A San Francisco bicyclist who was killed in a crash with a MUNI bus earlier this month has been recently identified by the San Francisco Medical Examiner’s Office (information on the name and identification of this man can be found here). First, I want to extend my condolences to the family of this stricken cyclist and say that I am not only saddened but also a bit outraged that this needless tragedy has occurred.
“It’s a tragic situation, someone did die at the scene today” said Paul Rose, spokesman for SF MUNI. I am sorry, but that statement does not include any acceptance of responsibility by the MUNI, or by the City in any way.
According to the City of San Francisco police, who share investigation for this collision with the MUNI’s own investigators, the bicycle rider killed was not in either of the two marked bike lanes, but was instead riding in the middle of Market Street between two MUNI buses. Along this specific section of Market Street there are actually two lanes with “share-ows” indicating that cars buses and bikes are all welcome to travel together, but in this case the cyclist chose to ride in neither, taking the more dangerous approach of riding alongside the buses. Many cyclists choose this route because the bike lanes run along the side of the road where people are attempting to park, cross the street, and get in and out of their cars. Cyclists are actually encouraged to ride wide and to not get “doored” by riding too close to the parked and parking vehicles. And the sharrows run right in the same path as the MUNI buses, and bicyclists are wise not to trust the MUNI drivers too much.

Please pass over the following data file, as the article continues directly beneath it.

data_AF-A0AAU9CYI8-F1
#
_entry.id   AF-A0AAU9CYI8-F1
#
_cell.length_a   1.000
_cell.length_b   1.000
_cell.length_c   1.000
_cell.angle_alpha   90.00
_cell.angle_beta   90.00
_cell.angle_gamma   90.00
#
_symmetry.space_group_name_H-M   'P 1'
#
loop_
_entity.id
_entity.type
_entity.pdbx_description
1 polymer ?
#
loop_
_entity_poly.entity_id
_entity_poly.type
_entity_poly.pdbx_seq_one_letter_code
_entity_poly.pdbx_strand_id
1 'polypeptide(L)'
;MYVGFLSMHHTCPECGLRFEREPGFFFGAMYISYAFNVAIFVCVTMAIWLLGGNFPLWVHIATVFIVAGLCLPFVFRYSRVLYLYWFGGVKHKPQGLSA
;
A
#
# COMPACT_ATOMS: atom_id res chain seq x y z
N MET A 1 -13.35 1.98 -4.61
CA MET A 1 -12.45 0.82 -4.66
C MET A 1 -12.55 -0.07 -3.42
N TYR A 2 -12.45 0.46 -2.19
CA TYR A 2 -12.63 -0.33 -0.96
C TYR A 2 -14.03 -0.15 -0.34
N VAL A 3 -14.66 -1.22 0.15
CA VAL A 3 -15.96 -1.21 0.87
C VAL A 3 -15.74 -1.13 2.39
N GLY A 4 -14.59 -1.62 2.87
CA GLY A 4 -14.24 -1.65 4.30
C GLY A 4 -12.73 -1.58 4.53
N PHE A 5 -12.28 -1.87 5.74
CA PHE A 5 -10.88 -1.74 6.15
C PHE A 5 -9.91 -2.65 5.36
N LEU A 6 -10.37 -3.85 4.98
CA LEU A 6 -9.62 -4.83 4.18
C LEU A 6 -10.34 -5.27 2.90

The MUNI public relations man said “It’s never safe to ride along the trackway between two vehicles”, continuing to describe the cyclist as “stuck” between the two buses, falling from his bike when his wheel became stuck in the track.
“My understanding from the investigation is that the bike wheel was caught in the center trackway and he fell under the MUNI vehicle”. According to the MUNI, this death is all the bicyclist’s fault. This may not be the whole truth.
Rose added that “…If you do that you better know where the buses are, where they’re turning, and where they’re going…plus traffic is ahead and behind. You’ve got to be aware at all times in every direction.” Well, shouldn’t the MUNI drivers also be aware of bicycles on the most popular bicycle street in the whole City?
Cyclists who stopped were saddened at the events, but none seemed too surprised…
“Market Street is very dangerous, and it’s sad to see a biker, especially since just last week, I also fell on Market Street” – Cleofe Morales, a fellow cyclist.
“Bicyclists are supposed to travel in the bike lane…we have video from the coaches and from businesses since it’s an extremely busy area, and we’ll look at the witness statements, videos, and talk to anyone who was on the bus” – SFPD Officer Grace Gatpandan, commenting on the situation.